Most victims of human trafficking come from communities who are known to have a mistrust with law enforcement agencies and hence the need for the agents to gain trust and hence cooperation of the victims10. The work covered the data and statistics on human trafficking that were available then on cases of trafficking in persons into and within the United States territory. The scholarly work aimed at identifying the processes that enable victims of human trafficking access assistance from the local, state and federal governments. To come up with the scholarly article, research was conducted in search engines that included GoogleTM and EBSCOhost. In conducting the research, there was an inconsistent definition of human trafficking by scholars, politicians, and practitioners. The definition provided by the Congress through TVPA was thus adopted for the purpose of the research.
The United States Justice Department has relied on the reports and investigations conducted by the Federal Bureau of Investigations to prosecute perpetrators of modern slavery14. However, there have been issues affecting the law enforcement agencies in their attempts to handle cases of trafficking in persons. For instance, the agencies have been unable to come to a consensus on whether a minor involved in prostitution is a juvenile criminal or a potential victim of human trafficking. Handling of minors involved in prostitution has widened the gap between the law enforcement agencies and the probable victims of sex trafficking as most treat law enforcement agencies as adversaries15. Moreover, the law enforcement agents come across victims of trafficking in persons when investigating other crimes.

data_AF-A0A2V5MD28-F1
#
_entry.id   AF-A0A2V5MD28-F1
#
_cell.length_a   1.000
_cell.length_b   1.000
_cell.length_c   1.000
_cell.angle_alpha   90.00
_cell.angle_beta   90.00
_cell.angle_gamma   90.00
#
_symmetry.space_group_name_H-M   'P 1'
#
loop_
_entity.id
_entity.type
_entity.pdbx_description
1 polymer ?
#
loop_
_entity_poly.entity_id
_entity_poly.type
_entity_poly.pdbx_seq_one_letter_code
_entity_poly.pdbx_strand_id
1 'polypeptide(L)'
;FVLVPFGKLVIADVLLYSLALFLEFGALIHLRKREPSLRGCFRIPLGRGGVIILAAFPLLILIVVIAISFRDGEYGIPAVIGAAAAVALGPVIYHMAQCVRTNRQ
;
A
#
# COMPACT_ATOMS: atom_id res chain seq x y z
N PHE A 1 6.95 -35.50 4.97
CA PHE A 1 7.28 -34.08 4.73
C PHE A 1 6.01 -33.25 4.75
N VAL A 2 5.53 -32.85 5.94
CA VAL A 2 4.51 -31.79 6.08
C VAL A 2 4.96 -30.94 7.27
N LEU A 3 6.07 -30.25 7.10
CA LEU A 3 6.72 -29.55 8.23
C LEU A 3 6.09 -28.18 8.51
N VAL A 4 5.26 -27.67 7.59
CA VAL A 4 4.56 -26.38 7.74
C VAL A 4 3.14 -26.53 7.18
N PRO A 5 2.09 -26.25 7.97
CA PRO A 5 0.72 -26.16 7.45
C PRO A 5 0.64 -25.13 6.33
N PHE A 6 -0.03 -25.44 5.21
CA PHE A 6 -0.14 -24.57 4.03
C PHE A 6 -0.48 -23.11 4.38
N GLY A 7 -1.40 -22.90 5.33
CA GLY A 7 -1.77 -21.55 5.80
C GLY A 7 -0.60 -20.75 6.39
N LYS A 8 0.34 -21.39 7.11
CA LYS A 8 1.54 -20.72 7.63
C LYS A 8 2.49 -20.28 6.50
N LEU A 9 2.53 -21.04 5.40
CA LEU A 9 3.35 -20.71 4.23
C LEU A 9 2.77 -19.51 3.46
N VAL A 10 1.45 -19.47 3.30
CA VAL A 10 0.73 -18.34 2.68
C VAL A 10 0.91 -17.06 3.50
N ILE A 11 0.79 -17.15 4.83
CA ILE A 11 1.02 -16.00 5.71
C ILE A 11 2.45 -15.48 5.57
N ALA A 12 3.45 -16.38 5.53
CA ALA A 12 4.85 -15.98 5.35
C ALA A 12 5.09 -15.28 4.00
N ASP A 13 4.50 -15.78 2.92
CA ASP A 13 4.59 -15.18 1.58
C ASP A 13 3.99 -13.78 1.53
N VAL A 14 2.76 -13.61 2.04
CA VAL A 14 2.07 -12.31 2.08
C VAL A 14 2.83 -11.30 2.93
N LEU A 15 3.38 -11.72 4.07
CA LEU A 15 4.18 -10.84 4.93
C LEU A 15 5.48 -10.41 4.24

Most of the correspondents noted that lack of enough translators was a challenge they had faced in their line of duty. The resources available for conducting investigations on human trafficking was also a leading challenge, with at least 62% of the investigators acknowledging it to have inconvenienced investigations. Similarly, 53% of the respondents quoted lack of adequate training and protocols for handling human trafficking as an issue that needed to be addressed17. Since lack of victim cooperation was the major problem facing human trafficking investigations. The research proceeded to capture data that could explain why victims of human trafficking did not prefer to cooperate with law enforcement agencies. Bibliographies Burke, Mary C. , ed. Human trafficking: interdisciplinary perspectives. Routledge, 2017. Chisolm-Straker, Makini, Susie Baldwin, Bertille Gaïgbé-Togbé, Nneka Ndukwe, Pauline N.